Dalmatian toadflax has been a target for biological control in North America since the 1960s. The stem-mining weevil Mecinus janthiniformis was first released in Canada and the western United States in the mid-1990s. Since 2007, a citizen-based monitoring program in Idaho, USA has supplemented data collection to help evaluate the impact of M. janthiniformis on Dalmatian toadflax abundance and assess changes in the surrounding plant community. We monitored and analysed trends in toadflax, weevil, and the plant community abundance following weevil releases at the regional and site level (34 sites) across the state of Idaho, USA. Significant declines in toadflax cover and stem density were recorded across the majority of sites. Weevil populations have established at all release sites. The mechanistic model indicated that the population dynamics of toadflax at our sites are negatively affected by M. janthiniformis abundance. When averaged across the region, 15 years after weevil release, Dalmatian toadflax stem density and cover declined by 93 and 84%, respectively. We observed significant declines in toadflax abundance in over 75% of the sites. Changes to the surrounding plant community following weevil releases were less consistent among sites. At the regional scale we found evidence for an overall increase in average cover of native perennial grasses and other exotic weeds (primarily annual grasses and exotic forbs) but a decline in native forbs.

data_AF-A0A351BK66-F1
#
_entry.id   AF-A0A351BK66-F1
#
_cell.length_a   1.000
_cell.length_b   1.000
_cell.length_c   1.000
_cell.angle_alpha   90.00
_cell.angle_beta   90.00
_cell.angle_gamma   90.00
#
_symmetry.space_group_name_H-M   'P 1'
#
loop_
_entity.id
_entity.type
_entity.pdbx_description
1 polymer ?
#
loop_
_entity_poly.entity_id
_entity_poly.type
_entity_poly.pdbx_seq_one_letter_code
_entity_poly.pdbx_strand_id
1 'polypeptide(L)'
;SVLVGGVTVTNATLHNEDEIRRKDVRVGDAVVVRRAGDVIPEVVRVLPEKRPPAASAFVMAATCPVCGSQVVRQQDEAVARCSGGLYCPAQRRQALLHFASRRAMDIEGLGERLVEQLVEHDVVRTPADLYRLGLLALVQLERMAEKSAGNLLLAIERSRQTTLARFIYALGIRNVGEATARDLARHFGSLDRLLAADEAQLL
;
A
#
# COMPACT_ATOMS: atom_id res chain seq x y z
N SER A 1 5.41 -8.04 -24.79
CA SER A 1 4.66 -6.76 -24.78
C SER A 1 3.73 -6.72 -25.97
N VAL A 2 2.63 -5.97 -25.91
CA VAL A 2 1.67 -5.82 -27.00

BioControl – Springer Journals
Published: Oct 25, 2017
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